Winter weather prevention strategies

How to protect your church facilities against freezing pipes, water infiltration, and more

Andrew Shockey, ARM, AIS, Vice President, Risk Management Services @ Philadelphia Insurance Companies (PHLY)

Church Executive: Tell me about the inclement-weather risks churches most commonly face.

Andrew Shockey: Right off the bat, I’m thinking of pipe freezes, water infiltration — even the snow loads on roofs. Typically, all of this is exacerbated by deferred maintenance of the building by the congregation. But you’re also seeing more extreme conditions from Mother Nature, with higher and lower temperatures, increased wind speeds, and more. Most recently, Winter Storm Elliott provided a reminder that our infrastructure needs to be better prepared and better equipped for the more extreme weather conditions we’re facing.

CE: When we think about these risks, what are some tried-and-true prevention strategies you and your team would recommend?

Shockey: It’s not too late to think ahead by checking the vulnerable and critical points of your building’s infrastructure. Our clients know their buildings best; that’s where complacency can come in. Even just for spotting signs of deterioration, it’s worth doing regular walk-throughs — something that’s very simple and practical.

And while it might sound too simple, I suggest walking the building in a different order than your regular routine. Go to your office using the back door, for example, and you’d be amazed at how you can see your building differently just by varying your path of travel.

Look for simple signs of deterioration. That’s something I don’t think we can overlook. I certainly don’t want to be an alarmist, but the lesson we took away from last year is that we need to do better by starting early. Start now, before we’re under a warning from the National Weather Service; then it’s too late.

Spray foam is amazing for sealing cracks. Another simple step is to contact your local utility provider to find out if you’re eligible for a free energy assessment. See if somebody might be willing to come out and check your doors, windows and other building openings to see if there might be significant leaks. If so, they could be very efficiently solved.

A lot of times, people think too ‘big picture.’ While that’s not entirely wrong, there’s still a lot you can do if you don’t have the capital available right now for a brand-new roof. That’s where I want people to think beyond, I can’t do the big things, so I’m not going to do anything.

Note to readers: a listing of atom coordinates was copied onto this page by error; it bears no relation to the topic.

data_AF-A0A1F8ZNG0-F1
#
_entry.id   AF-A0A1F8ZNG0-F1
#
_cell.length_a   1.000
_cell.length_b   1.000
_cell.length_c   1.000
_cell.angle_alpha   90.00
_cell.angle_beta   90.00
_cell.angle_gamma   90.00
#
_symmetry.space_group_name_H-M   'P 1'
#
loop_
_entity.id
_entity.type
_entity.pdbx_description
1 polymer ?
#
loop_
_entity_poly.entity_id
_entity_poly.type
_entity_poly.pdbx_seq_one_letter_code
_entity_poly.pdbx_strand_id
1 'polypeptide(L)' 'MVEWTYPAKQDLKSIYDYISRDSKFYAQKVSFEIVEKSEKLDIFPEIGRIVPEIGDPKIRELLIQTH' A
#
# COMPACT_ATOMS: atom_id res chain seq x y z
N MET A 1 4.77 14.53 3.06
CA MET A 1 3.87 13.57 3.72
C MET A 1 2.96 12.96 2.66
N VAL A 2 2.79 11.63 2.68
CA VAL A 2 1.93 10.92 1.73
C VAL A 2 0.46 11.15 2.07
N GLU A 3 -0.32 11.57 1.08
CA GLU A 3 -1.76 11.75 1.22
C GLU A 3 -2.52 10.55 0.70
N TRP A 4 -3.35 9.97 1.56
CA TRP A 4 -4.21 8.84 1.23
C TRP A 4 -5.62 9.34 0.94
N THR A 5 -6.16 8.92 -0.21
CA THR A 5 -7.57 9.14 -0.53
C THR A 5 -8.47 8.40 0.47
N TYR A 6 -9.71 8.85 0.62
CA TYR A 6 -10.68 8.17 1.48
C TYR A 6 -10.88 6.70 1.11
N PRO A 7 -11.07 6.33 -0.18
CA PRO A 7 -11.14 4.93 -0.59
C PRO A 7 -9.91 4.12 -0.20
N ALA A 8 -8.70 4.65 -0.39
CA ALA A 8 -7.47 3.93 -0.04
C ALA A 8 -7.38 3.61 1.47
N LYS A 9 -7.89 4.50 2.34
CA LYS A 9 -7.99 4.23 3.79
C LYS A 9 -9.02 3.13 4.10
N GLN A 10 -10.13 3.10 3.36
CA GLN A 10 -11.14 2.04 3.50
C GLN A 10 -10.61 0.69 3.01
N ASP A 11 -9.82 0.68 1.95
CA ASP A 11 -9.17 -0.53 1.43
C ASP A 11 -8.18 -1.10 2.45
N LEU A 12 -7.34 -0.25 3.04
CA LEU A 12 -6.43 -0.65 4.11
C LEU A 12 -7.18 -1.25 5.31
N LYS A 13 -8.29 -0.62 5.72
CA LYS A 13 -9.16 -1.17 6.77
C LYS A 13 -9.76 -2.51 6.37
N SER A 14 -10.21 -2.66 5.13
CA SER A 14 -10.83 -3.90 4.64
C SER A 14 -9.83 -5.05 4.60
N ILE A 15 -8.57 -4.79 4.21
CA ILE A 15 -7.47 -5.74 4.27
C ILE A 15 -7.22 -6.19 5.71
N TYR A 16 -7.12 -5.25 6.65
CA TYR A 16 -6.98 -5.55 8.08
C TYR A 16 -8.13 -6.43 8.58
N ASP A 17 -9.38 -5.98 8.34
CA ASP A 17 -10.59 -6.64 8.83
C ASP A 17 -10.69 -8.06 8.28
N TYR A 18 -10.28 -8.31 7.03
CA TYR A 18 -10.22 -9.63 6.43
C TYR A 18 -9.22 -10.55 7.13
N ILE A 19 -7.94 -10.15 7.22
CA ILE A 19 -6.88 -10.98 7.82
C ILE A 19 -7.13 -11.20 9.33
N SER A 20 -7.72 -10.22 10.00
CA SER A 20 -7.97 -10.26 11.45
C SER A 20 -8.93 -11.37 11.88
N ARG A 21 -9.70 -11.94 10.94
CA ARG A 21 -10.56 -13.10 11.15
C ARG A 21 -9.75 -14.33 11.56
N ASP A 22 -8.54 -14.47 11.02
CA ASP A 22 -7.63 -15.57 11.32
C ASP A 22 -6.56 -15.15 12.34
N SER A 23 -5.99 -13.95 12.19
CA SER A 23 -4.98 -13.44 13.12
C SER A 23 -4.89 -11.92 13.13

There are a lot of simple, practical things you can do now, in advance, that put you in a much better position for whatever’s coming at us in the upcoming winters.

CE: What roles can the PHLYSENSE sensor system play in helping protect church property against inclement weather?

Shockey: This technology provides an incredibly efficient extension of care for a church building by providing temperature alerts before something gets to the critical point of freezing and then breaking. The simple reality is that most of these buildings aren’t fully occupied (or at all) during the week, so this

is a very helpful extension of care for the trustees who are charged with facilities care.

Let’s say the youth group leaves a window open in an upstairs classroom. With a sensor in place, a trustee will be alerted: Why, all of a sudden, is the temperature inside the building at 45 degrees? Something is going on; I need to go check it out. These alerts can be sent to multiple people.

Obviously, closing the window will go a long way in preventing a much more devastating set of circumstances. Scenarios like this are why Philadelphia Insurance Companies has chosen to invest in this type of technology.

The other way PHLYSENSE can help is by detecting the presence of water. Again, our policyholders know their buildings the best. Often, they’ll place sensors in places where they’d least appreciate the presence of water — near the organ, for instance, or the basketball court.

Or maybe it’s an area where they know the space is prone to water infiltration and the bigger fix is still months or years away from being financially viable. This technology can help in those circumstances, too.

We don’t know how severe this coming winter is going to be, but the sensor technology has improved since last winter. That’s where I have hope that we can be better prepared for the next version of Winter Storm Elliott, should that happen this year.

CE: Is there anything else that we haven’t discussed but that you feel is important to include?

Shockey: I want to reiterate that it’s time to prepare now.

And let’s not overlook the simple act of making sure that doors and windows are actually closing and sealing as they’re intended to, now. Those openings are any building’s most vulnerable points. If door jambs adjust with temperature changes, doors can stick or not fully close, and then you have a direct hole into the building. These are the kinds of things to check off the list now.

— Reporting by RaeAnn Slaybaugh




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